Oil market concerns shifting away from pandemic
For the better part of two years, oil market volatility had at its center concerns linked to the coronavirus pandemic and, more specifically, negative impacts on global oil demand growth from isolating and containment measures.
And 2020 saw the largest ever retrenchment in oil usage that eclipsed the previously worse contraction, which occurred in the aftermath of the global credit crisis.
Very much to its credit, Saudi Arabia corralled the rest of OPEC and a few key non-OPEC countries to rein in oil production and so avoid a cataclysmic build in oil inventories, which would have plagued oil prices for years.
This OPEC+ group achieved a related goal of working down inventories toward a level corresponding with the 2010 to 2014 average with the aim of lifting oil prices to budget-friendly levels.
That the Kingdom and its producer colleagues never received broad accolades for navigating the demand crisis is not the point. The point is that despite a literal horde of market watchers and pundits who knew the producers’ action would “fail miserably,” global oil inventories were drawn down 660 million barrels since July 2020, a draw that stands unparalleled in oil market history.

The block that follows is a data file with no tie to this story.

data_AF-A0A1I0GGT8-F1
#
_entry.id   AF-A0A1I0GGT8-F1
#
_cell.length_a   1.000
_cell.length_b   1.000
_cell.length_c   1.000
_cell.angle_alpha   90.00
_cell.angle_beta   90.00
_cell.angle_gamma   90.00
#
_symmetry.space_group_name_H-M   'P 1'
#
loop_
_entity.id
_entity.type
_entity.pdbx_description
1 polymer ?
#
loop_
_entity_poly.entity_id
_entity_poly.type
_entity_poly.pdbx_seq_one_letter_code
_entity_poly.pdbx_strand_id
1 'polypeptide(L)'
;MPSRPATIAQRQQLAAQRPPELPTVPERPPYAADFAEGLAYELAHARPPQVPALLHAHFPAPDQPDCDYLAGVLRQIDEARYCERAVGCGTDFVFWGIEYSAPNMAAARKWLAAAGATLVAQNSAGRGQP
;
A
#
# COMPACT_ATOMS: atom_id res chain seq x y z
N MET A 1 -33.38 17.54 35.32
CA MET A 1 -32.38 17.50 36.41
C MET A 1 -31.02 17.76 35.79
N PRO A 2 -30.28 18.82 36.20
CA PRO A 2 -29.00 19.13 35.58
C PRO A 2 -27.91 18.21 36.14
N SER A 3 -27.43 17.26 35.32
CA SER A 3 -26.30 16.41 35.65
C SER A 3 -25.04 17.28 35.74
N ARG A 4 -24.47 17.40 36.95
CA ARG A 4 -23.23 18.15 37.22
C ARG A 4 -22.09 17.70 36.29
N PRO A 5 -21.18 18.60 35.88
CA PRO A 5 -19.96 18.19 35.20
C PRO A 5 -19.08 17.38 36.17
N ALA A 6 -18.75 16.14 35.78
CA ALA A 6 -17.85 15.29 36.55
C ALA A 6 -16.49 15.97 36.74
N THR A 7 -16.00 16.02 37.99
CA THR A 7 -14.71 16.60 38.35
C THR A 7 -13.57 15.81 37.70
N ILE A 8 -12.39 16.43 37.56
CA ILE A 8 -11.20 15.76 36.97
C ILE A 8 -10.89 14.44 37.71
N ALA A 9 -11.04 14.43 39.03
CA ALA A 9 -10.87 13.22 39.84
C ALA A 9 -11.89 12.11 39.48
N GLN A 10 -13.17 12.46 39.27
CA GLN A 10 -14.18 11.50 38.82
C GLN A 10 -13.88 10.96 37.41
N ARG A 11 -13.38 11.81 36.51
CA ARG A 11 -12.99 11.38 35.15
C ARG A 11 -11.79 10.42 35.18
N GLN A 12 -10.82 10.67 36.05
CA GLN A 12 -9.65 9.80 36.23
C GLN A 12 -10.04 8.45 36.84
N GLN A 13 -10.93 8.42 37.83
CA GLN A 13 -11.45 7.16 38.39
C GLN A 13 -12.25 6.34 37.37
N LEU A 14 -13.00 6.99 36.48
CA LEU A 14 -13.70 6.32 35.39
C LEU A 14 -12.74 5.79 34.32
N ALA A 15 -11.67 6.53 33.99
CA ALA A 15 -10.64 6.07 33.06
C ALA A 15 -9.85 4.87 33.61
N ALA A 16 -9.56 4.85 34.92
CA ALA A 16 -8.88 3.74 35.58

As pandemic effects go, a funny thing has happened since the sharp oil price sell-off after news of the omicron variant of COVID-19 surfaced in November: Market behavior has shifted from pandemic-centric issues to macro-economic concerns.
The interest-rate leanings expressed by major central banks has moved center stage and with that the broader concern about the global economic outlook. In the same vein, the Russia-Ukraine conflict has aggravated angst about the economic climate. The considered opinion, however, is that the oil market has postured defensively around the Ukraine crisis.
Russia is the world’s second-largest oil exporter after Saudi Arabia. It exports on average 7 million to 7.5 million barrels per day — this includes crude and refined oil products. As to natural gas, Russia ranks first in the world with outflows averaging 22 to 23 billion cubic feet per day. If the oil market was concerned about those volumes being disrupted or dislocated, the price of crude would have shot well above current levels. In fact, at the time of writing, Brent was trading below its current fair value by around $7 to $8 per barrel based on global inventory levels.
Should the Ukraine situation morph into a broader armed conflict, the odds of Russia’s oil (and natural gas) exports becoming embargoed seem close to zero. Its energy exports to the world are irreplaceable, literally.
There were similar prognostications about Russia’s oil and natural gas being sanctioned when it annexed Crimea and, similar to then, issues are likely to end up centered on broader economic ramifications.
• Michael Rothman is the president and founder of Cornerstone Analytics, a US-based consultancy focusing on macro-energy research. He has nearly 40 years of experience covering the global energy markets and has been attending OPEC meetings since 1986. He is also the author of “Cornerstones of Life” which is available on Amazon.